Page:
As Tijuana’s La Mesa prison erupted in riots last week, a question on some people’s minds was the well-being of Mother Antonia, the U.S. nun who made it her mission to provide spiritual support to the prisoners over the past three decades.
Mother Antonia, who lives in the prison and is now in her 80s, emerged this past weekend safe and sound. She spoke at a San Diego area church about what it was like to hear gunshots and to tend to frightened prisoners in the middle of the second wave of prison violence. You can read more about what she said in this week’s San Diego Weekly Reader.
I once tried to do an indepth story about Mother (also called Sister) Antonia when I was a reporter for The San Diego Union-Tribune, but she gently rebuffed my requests. I think she was already busy working with two Washington Post reporters on a book about her life. “The Prison Angel” was published in 2005.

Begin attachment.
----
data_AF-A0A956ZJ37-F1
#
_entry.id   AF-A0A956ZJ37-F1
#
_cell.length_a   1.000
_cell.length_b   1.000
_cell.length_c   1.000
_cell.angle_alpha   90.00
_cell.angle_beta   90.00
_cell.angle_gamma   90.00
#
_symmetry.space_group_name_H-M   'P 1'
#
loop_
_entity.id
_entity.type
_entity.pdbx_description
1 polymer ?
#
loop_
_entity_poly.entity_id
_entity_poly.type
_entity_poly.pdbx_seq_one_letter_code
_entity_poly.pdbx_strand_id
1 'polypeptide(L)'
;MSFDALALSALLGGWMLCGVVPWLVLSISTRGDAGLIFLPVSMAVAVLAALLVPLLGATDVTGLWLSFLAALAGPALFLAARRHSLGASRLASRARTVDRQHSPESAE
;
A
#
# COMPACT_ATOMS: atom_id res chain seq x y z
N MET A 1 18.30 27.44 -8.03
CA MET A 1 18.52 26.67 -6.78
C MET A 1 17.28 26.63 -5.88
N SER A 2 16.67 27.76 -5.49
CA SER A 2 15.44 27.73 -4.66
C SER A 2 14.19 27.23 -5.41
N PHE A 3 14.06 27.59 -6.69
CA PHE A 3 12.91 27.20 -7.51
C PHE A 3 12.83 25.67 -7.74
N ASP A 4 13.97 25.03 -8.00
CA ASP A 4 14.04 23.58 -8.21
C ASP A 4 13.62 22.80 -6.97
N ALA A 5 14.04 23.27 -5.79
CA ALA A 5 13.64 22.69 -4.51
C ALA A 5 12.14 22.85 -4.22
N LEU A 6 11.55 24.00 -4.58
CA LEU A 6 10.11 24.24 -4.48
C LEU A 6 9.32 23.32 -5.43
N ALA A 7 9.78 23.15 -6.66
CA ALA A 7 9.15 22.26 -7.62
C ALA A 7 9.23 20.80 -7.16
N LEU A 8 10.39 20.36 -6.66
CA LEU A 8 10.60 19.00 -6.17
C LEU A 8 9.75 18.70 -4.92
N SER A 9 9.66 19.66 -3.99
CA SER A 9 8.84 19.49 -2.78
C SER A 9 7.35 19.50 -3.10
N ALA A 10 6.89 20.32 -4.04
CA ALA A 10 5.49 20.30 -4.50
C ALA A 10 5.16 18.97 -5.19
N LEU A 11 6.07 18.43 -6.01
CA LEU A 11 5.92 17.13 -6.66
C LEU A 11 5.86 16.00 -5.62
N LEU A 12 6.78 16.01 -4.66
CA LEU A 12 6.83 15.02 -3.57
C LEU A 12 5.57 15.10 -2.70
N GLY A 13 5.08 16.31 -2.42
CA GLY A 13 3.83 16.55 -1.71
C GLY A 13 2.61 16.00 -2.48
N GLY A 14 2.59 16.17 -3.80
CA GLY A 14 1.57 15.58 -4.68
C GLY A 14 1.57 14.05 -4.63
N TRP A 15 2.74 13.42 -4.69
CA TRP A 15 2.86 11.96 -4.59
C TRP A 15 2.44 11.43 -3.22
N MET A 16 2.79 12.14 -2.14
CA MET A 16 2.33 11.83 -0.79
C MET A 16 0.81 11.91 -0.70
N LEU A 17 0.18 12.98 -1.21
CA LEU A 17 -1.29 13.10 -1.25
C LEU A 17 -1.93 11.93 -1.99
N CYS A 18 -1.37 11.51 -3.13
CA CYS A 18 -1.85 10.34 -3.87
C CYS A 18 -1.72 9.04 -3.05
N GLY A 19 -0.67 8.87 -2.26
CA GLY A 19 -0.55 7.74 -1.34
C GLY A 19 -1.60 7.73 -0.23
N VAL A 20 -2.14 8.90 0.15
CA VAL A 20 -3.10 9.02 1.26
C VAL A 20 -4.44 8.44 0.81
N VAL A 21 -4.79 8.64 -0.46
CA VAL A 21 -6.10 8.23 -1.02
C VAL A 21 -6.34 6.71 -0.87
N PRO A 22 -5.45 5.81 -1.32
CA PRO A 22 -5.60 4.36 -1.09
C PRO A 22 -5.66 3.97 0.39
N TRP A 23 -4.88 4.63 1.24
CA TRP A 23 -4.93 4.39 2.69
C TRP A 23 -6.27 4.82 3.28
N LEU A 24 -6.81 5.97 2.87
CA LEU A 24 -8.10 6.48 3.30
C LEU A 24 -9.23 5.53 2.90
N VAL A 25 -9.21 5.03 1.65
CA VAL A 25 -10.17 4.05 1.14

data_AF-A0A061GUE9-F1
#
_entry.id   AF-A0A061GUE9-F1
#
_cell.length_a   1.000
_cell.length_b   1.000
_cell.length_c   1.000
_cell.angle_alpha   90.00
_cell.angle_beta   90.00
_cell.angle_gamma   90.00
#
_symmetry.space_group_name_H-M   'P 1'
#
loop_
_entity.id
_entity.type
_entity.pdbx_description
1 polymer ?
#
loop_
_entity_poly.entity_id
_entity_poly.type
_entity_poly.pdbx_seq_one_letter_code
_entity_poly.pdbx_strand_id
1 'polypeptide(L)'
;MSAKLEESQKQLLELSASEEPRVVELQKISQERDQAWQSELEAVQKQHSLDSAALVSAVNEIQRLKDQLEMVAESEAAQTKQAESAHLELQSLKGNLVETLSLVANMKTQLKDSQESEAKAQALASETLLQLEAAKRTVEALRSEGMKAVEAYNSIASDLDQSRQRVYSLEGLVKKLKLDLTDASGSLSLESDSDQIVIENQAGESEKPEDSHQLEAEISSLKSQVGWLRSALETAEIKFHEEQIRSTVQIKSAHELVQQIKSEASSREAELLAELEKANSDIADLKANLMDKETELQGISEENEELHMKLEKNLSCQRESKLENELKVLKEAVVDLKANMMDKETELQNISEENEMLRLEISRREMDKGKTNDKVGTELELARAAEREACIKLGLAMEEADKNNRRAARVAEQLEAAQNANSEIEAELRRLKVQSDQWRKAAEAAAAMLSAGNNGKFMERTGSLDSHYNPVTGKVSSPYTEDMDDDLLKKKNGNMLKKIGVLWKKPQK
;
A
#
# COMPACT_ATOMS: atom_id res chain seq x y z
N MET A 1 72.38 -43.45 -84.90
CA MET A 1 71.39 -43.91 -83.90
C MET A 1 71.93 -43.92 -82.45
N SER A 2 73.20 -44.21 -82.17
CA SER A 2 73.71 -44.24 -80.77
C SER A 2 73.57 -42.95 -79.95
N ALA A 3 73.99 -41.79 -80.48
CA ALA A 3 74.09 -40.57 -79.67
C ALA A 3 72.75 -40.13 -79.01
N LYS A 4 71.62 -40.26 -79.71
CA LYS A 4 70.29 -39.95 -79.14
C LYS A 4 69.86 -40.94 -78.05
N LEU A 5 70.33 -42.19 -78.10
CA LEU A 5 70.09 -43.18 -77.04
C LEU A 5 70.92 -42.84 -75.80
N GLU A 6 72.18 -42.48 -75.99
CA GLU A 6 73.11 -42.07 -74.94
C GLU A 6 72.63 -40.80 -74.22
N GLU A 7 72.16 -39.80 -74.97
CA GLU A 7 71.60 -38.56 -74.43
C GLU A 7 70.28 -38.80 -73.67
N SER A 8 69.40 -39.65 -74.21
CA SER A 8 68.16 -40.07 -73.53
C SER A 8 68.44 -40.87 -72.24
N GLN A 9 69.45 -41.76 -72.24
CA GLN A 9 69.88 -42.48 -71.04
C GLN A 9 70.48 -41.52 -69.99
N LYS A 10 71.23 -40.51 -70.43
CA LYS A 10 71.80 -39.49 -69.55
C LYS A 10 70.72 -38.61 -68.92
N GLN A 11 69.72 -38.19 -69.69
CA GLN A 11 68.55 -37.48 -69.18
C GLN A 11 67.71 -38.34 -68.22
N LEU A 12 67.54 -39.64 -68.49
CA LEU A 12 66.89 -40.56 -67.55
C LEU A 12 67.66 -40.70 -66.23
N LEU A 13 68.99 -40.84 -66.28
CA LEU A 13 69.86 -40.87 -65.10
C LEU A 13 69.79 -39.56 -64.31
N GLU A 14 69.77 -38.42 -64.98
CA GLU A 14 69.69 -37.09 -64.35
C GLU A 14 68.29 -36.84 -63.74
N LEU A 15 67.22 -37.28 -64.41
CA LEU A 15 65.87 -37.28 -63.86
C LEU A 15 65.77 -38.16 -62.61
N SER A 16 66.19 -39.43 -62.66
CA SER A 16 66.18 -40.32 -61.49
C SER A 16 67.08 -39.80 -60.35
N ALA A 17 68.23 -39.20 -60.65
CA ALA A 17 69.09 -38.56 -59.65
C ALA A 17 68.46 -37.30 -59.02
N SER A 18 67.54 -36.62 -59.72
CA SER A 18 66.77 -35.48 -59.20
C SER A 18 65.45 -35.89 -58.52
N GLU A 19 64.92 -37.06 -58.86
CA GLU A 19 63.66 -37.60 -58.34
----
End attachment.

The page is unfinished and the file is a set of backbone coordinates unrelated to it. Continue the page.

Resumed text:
Her remarkable access to people in both high and low places in Baja California makes the Mother Antonia story a fascinating one. Add to that the fact that Mary Brenner Clarke came from a wealthy background, was twice-divorced and set off on her mission with her own private vows (She was formally recognized by a bishop in 1978, according to one news report).
Explaining her decision to work with prisoners to a Catholic news agency, she once said “I do not judge them for their actions.” That philosophy of refraining from openly challenging the questionable dealings around her has also probably served as a necessary and useful stance to ensure her survival both within and outside the prison walls.
Screenshot from Eudist Servants of the 11th Hour webpage